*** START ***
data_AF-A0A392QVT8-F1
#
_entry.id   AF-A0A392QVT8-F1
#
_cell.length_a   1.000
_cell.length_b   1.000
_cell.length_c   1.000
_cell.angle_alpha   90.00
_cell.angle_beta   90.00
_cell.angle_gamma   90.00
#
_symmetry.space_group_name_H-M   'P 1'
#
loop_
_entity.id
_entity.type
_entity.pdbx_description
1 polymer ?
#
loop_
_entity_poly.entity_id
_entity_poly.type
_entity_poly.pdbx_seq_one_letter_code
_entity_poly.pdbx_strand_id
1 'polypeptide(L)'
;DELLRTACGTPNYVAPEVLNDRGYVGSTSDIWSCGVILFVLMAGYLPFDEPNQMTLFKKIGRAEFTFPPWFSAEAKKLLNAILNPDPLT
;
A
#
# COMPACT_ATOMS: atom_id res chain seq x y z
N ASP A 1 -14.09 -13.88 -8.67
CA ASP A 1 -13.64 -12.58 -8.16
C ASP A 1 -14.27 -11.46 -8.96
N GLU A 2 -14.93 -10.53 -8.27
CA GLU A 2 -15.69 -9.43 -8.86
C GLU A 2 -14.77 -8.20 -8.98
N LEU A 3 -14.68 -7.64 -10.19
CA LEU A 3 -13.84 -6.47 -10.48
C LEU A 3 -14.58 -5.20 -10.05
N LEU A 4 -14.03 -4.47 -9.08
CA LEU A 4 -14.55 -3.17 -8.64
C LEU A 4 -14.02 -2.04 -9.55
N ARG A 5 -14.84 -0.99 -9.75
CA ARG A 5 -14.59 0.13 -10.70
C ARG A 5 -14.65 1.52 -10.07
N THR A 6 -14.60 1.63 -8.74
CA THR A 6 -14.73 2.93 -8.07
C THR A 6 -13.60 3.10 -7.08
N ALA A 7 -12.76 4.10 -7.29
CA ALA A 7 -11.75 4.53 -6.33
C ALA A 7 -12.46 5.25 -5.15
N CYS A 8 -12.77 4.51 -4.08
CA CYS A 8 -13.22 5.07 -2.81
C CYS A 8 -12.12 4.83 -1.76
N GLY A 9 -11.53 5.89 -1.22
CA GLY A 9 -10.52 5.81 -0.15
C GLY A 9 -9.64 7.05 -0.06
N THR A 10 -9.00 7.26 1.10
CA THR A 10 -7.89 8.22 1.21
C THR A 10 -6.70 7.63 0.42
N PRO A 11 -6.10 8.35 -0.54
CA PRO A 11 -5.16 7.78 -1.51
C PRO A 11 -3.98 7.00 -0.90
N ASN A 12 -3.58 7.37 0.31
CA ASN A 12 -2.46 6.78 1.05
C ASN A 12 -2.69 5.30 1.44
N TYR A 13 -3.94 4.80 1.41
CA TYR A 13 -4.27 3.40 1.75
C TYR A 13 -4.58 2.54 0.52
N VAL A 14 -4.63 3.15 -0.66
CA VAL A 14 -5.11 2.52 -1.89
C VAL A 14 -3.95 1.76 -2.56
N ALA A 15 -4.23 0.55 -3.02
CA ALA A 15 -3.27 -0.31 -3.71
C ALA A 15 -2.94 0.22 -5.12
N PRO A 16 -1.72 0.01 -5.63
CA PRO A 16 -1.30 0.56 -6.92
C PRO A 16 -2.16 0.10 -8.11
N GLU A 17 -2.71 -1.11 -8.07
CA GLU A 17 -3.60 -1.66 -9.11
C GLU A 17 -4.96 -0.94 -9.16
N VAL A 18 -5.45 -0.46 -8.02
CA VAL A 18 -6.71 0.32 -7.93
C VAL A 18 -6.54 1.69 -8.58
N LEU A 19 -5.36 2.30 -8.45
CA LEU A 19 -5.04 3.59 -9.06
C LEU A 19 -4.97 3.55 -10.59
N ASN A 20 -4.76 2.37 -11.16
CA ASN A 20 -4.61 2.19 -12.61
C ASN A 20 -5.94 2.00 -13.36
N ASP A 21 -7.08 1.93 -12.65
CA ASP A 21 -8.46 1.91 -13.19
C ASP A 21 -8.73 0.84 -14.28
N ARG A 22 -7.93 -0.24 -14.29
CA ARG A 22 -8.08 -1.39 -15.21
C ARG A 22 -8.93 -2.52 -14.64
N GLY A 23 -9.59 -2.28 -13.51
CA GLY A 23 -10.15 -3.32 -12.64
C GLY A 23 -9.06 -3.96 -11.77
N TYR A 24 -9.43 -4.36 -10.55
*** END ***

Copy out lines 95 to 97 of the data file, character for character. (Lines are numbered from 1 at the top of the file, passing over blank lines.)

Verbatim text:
CA ARG A 22 -8.08 -1.39 -15.21
C ARG A 22 -8.93 -2.52 -14.64
N GLY A 23 -9.59 -2.28 -13.51